On a narrow street in the heart of Centertown Bedford lies a bungalow that looks like it came straight from a Currier & Ives landscape, complete with the warm glow of fireplace light peeking out its windows. Here, the past meets the present, held together by time-honored and natural touches of the season. Complete with a broad veranda, dormer windows, and a large loft, the gracious charm of the 6YHi9Lee Street home reflects that of its owner John Stafford, who keeps coffee and holiday treats like chocolate shortbread on hand to greet winter guests.
John, who appears every bit of a true Virginia gentleman, is actually a native of the all-American Main Street town of Hudson, Ohio, but his family was one of Virginia’s first, with the county and town of Staffordsville near Mountain Lake bearing the family name. John returned to his ancestral Southern heritage during his college years at Washington & Lee University in Lexington. When his parents came to visit him at W&L, they especially enjoyed taking trips to the town of Bedford. “My family loved to stay at the Peaks of Otter Lodge when I was in college; it was a special place for us,” John explains.
Still, it would be some time before he would make Virginia his permanent home: John’s initial career path brought him to Pittsburgh, a favorite city with the exception of one thing: “The weather is horrible!” John jokes. He stayed there for 20 years, working for Brooks Brothers and Kerr Engineered, and raising his two daughters: Meredith, 28, an artist who recently relocated to Pittsburgh from Seattle, and Hillary, 24, a student in Breckinridge, Colorado. All the while, the idea of living in Virginia loomed. John remained active in his college alumni association and contemplated working for the university, a process that catalyzed his pursuit of a new career path in higher education.
His search led him back to Virginia as Lynchburg College’s major gifts director/officer. He also searched for a new home: “I found this little place online when I was looking for houses. I’d never lived in a bungalow before and I thought it could be really cool.” Although he loved the property as it was, he added a rear terrace for entertaining and made plans to expand the space. In addition, he wanted to make the house feel warm and cozy. John’s first step upon moving in was to paint and warm up the color palette. “It was all painted Benjamin Moore’s Navajo White on plastered walls,” he notes, which didn’t suit the design aesthetic he desired. Instead of white, John chose rich hues like golds and deep emeralds.
Entering from wide covered porch, visitors walk on original heart pine floors straight into the living room, where their eyes catch sight of cottage-style beadboard painted in a velvety golden color. A comfortable couch sits beneath the window, affording views of the veranda and fireplace. John enjoys collecting antiques and art, so it is only natural that an array of artwork adorns the space; pieces range from botanical prints John found in an old book and had framed, to oil paintings of the local landscape. Of particular note are the two portraits looming over the doorframe into the dining room: They depict two of John’s great-grandmothers from different sides of his family. “North and South!” exclaims John. From the Oriental throw rug, bookcases filled with photo albums, classic oil portraits of John’s daughters and the logs on the fire, the room brims with history and calls for relaxation.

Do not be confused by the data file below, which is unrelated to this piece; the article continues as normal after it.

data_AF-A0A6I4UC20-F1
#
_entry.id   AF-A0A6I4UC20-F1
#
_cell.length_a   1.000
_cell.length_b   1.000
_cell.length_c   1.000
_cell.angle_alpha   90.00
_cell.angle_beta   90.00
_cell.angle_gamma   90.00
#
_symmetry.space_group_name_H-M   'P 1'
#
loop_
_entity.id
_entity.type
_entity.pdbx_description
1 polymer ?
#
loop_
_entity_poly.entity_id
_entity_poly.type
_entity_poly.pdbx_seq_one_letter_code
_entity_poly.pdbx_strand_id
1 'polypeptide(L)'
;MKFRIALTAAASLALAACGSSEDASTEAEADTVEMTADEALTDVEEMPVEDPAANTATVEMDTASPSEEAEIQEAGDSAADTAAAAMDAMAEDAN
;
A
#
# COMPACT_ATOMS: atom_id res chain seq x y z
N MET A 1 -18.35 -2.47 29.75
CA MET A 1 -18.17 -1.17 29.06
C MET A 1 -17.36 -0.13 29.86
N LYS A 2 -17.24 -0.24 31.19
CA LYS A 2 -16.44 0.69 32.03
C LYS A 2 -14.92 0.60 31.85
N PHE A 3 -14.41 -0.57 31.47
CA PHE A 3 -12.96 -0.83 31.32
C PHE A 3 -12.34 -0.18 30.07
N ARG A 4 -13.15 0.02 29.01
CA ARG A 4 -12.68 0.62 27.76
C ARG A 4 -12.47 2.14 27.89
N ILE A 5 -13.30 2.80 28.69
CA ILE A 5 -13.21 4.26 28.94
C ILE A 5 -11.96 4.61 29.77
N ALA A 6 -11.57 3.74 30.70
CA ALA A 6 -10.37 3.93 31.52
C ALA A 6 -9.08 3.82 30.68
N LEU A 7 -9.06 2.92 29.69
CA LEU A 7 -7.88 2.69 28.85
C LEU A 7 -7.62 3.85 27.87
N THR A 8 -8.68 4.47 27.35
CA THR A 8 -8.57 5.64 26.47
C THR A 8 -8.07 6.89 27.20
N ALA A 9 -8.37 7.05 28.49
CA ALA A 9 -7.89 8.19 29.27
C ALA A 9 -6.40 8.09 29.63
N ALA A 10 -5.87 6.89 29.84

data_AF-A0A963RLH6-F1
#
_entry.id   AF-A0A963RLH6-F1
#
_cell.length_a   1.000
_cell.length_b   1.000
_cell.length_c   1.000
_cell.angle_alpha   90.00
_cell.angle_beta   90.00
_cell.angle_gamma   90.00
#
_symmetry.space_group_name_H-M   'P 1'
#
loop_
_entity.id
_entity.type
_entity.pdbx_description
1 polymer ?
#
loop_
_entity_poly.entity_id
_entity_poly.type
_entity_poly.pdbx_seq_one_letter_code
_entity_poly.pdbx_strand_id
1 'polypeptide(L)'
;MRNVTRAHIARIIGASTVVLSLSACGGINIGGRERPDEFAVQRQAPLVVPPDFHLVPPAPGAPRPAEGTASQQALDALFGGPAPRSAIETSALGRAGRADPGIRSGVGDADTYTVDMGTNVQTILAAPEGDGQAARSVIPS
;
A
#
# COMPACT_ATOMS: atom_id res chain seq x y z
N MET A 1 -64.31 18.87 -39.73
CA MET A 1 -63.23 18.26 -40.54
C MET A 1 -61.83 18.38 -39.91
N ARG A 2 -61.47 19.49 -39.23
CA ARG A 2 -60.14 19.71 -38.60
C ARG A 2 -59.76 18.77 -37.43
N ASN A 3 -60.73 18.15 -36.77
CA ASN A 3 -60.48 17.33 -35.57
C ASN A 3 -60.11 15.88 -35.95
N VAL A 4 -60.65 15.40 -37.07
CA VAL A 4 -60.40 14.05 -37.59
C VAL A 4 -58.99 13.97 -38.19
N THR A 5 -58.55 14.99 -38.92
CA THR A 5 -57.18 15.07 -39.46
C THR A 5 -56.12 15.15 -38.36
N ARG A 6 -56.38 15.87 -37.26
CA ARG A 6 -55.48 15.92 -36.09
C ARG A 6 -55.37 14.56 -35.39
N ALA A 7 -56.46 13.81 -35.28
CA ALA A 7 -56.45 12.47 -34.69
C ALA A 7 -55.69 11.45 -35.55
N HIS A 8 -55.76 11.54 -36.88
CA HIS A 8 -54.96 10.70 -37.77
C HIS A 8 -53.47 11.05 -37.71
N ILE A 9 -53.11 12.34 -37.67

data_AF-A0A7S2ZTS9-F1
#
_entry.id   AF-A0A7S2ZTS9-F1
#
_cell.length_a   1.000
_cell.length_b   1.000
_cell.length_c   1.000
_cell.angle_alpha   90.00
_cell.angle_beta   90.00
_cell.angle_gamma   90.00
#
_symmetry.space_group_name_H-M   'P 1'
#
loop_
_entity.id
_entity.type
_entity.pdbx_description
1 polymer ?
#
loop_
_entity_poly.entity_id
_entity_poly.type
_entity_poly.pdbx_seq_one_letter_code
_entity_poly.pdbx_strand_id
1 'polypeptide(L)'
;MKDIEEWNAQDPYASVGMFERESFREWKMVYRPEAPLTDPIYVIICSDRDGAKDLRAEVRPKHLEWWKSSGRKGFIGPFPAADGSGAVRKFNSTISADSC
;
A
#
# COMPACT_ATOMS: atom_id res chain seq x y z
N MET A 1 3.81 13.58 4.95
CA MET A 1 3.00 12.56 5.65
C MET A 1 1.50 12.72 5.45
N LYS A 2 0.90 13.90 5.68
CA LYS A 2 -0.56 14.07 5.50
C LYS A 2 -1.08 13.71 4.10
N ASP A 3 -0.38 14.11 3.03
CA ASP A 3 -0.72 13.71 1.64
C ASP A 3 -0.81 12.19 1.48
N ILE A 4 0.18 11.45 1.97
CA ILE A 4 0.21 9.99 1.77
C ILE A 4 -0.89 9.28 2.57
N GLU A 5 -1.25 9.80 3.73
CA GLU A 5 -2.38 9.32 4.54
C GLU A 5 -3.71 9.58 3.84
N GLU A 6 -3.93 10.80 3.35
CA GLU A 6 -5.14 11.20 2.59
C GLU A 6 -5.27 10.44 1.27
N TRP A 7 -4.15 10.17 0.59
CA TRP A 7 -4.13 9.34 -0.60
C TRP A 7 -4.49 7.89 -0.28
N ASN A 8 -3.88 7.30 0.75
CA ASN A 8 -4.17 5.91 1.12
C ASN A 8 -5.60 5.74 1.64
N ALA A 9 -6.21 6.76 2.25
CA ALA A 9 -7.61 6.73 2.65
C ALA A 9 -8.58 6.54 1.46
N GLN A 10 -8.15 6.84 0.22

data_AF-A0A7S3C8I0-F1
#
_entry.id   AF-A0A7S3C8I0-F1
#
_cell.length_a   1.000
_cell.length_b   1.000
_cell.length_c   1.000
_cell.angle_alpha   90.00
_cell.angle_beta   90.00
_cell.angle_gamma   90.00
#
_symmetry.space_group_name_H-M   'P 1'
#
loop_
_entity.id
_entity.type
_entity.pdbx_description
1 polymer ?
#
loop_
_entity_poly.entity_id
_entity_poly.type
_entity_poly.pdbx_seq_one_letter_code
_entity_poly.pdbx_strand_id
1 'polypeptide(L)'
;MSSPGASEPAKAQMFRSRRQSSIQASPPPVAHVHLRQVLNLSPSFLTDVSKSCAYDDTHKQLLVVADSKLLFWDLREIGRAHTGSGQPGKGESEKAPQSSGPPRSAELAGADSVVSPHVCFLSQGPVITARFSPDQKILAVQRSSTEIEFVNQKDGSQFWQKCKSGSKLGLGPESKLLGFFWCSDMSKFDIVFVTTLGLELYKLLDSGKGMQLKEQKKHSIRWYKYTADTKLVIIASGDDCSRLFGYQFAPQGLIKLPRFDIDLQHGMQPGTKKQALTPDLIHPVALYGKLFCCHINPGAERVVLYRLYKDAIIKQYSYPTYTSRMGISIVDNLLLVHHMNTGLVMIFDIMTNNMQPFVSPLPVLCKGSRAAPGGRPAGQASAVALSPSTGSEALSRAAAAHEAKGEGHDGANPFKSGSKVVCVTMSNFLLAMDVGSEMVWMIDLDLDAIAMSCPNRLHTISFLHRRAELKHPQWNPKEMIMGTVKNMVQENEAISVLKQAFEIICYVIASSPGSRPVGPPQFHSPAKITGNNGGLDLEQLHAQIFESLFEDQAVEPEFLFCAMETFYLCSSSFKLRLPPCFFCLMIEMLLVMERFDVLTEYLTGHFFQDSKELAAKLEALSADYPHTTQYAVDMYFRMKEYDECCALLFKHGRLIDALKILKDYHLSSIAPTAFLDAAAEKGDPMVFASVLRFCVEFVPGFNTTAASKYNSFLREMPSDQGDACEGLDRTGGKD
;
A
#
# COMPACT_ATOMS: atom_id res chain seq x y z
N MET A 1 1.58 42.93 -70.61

During the holidays, the Christmas tree becomes the focal point of the room. John takes a traditional approach to trimming the tree, which features a careful curation of treasured items from past and present. Family ornaments, decorations from his hometown, and memorabilia from boarding school and W&L all twinkle against colorful lights. John’s personal collection of ornaments dwells beside original decorations and glass pieces that have seen every Christmas in this home since it was built in the early 1930s. He tells the story of how he came to possess these bits of Christmas past: “After I had lived here for about a year, there was a knock on the door. It was the prior homeowner, who surprised me with a box containing all the deeds for the property (a longtime family home), a bill of lading from 1933, a Ball jar filled with skeleton keys, and a box of ornaments from the first Christmas of the house.” The newest additions to the tree include handcrafted ornaments such as small mosaic pieces by artist Dotti Stone, miniature paintings by artists Revelle Hamilton and Lisa Floyd, and other samplings from area artists.
After spending nearly a decade at Lynchburg College, John became the executive director at the Bower Center for the Arts in Bedford. He truly loves the town of Bedford, a Main Street town much like his native Hudson. “I love that Bedford is in the middle of the triangle of Smith Mountain Lake, Roanoke and Lynchburg. I like the size of the town. It has a good vibe, and I think its best days are ahead of us. This town has great ‘bones’ and all of the elements in place,” he explains.